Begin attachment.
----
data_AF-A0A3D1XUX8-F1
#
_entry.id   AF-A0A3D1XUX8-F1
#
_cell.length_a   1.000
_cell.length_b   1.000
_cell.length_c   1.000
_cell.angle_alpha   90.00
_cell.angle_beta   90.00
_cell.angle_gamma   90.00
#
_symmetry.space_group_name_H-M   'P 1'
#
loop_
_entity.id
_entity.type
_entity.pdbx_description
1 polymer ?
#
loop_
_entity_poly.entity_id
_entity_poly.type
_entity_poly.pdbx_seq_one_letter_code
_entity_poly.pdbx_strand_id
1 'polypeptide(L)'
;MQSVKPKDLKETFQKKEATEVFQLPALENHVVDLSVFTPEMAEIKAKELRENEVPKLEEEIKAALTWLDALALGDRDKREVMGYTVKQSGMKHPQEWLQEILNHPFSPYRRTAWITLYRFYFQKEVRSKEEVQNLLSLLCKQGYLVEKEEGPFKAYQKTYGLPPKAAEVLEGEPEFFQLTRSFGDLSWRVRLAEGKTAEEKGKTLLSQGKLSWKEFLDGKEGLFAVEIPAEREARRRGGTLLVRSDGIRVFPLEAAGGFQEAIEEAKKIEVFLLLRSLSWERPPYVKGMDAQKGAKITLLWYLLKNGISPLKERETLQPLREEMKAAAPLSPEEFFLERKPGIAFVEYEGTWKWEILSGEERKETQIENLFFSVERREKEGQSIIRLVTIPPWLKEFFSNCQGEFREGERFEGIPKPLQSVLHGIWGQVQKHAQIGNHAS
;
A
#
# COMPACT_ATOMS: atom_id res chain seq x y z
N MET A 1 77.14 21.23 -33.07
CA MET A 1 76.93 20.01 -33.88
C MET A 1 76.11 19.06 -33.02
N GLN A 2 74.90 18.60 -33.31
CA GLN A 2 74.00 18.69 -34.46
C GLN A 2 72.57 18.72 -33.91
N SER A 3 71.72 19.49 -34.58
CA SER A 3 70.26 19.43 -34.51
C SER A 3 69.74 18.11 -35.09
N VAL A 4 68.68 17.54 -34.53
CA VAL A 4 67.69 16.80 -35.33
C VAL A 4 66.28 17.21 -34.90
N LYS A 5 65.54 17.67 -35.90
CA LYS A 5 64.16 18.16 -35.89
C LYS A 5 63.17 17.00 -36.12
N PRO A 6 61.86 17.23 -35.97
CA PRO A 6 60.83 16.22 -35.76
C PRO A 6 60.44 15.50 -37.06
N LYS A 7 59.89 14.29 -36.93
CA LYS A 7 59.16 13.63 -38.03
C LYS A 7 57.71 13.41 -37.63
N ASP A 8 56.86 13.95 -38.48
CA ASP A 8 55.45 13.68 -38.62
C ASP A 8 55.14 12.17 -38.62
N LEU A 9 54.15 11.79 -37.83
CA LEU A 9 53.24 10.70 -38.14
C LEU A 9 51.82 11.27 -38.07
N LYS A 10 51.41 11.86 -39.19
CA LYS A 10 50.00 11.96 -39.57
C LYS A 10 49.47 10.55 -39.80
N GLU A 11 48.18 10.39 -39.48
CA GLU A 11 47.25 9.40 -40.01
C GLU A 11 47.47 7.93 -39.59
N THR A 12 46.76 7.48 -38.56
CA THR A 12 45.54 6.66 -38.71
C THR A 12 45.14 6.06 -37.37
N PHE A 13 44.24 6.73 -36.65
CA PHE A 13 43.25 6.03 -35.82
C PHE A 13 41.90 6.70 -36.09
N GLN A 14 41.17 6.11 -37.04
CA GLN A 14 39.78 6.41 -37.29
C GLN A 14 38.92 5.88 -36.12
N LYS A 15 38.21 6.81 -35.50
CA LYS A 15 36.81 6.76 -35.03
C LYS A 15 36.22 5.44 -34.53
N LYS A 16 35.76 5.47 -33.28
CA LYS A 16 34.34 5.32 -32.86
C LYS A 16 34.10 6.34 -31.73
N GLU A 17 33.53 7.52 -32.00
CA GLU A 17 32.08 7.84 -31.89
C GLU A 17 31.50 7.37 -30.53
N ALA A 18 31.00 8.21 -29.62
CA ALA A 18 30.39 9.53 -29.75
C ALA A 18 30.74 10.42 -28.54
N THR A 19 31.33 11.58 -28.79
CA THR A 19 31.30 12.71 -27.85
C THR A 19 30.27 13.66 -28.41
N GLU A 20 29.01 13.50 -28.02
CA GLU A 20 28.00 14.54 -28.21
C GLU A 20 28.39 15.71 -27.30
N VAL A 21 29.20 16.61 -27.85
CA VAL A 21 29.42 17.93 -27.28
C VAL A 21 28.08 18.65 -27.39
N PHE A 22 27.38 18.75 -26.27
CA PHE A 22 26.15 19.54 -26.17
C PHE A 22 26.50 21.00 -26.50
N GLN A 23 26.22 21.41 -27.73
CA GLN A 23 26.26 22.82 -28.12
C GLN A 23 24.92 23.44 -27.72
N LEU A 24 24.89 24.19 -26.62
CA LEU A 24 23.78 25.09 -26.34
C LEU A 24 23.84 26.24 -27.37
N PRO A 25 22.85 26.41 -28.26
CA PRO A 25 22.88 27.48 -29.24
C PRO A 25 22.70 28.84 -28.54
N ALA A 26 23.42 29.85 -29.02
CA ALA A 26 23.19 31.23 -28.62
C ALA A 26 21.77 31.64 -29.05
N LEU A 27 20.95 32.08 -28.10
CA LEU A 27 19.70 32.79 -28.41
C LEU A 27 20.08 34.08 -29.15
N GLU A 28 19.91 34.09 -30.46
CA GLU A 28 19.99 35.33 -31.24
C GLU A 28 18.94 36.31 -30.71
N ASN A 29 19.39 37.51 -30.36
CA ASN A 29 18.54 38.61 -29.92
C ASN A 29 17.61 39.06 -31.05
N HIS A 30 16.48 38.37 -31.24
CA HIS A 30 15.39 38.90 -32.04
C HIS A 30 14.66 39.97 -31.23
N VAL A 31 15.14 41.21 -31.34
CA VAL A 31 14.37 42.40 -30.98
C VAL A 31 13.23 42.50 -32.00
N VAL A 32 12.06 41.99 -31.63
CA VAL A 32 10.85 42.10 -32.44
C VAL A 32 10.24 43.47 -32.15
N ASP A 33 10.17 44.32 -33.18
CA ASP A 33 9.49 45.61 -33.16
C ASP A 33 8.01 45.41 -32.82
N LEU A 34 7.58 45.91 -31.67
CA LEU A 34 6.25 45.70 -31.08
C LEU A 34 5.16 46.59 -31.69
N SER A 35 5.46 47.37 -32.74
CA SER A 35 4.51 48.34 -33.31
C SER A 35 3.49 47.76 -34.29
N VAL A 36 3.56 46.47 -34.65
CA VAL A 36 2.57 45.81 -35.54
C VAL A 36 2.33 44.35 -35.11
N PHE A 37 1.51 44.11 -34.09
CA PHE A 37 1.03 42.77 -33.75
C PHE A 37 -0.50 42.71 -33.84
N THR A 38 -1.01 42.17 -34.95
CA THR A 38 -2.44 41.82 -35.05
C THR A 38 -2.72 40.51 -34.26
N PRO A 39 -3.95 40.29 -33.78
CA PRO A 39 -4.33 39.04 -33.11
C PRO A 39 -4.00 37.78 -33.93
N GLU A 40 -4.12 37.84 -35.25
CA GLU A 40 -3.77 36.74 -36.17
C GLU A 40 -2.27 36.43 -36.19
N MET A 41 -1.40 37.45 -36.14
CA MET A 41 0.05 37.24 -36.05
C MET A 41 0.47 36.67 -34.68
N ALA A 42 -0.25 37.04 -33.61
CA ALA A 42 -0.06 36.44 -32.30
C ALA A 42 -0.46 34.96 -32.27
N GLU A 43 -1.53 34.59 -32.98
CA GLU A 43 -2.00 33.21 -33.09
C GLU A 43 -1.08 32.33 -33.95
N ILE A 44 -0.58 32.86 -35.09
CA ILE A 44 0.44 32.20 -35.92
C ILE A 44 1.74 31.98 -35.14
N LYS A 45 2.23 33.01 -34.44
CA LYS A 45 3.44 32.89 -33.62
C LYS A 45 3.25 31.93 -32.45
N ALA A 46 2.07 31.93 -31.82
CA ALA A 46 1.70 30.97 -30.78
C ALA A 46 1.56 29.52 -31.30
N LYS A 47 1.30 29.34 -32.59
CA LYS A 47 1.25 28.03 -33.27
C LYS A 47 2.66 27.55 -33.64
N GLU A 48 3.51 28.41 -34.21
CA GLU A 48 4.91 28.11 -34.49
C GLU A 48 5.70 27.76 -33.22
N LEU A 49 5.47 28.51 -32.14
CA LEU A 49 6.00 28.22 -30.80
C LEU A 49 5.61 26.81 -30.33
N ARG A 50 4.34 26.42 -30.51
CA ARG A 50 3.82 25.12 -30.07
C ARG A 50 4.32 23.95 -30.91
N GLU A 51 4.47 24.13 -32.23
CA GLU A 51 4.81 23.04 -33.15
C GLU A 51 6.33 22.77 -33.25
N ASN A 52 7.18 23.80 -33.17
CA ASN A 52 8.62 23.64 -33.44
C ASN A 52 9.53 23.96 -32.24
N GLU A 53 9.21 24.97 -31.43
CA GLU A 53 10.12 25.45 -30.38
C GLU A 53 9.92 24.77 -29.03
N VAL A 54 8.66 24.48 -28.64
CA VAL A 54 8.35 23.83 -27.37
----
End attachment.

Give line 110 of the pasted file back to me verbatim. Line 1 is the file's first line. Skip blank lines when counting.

CA LEU A 27 19.70 32.79 -28.41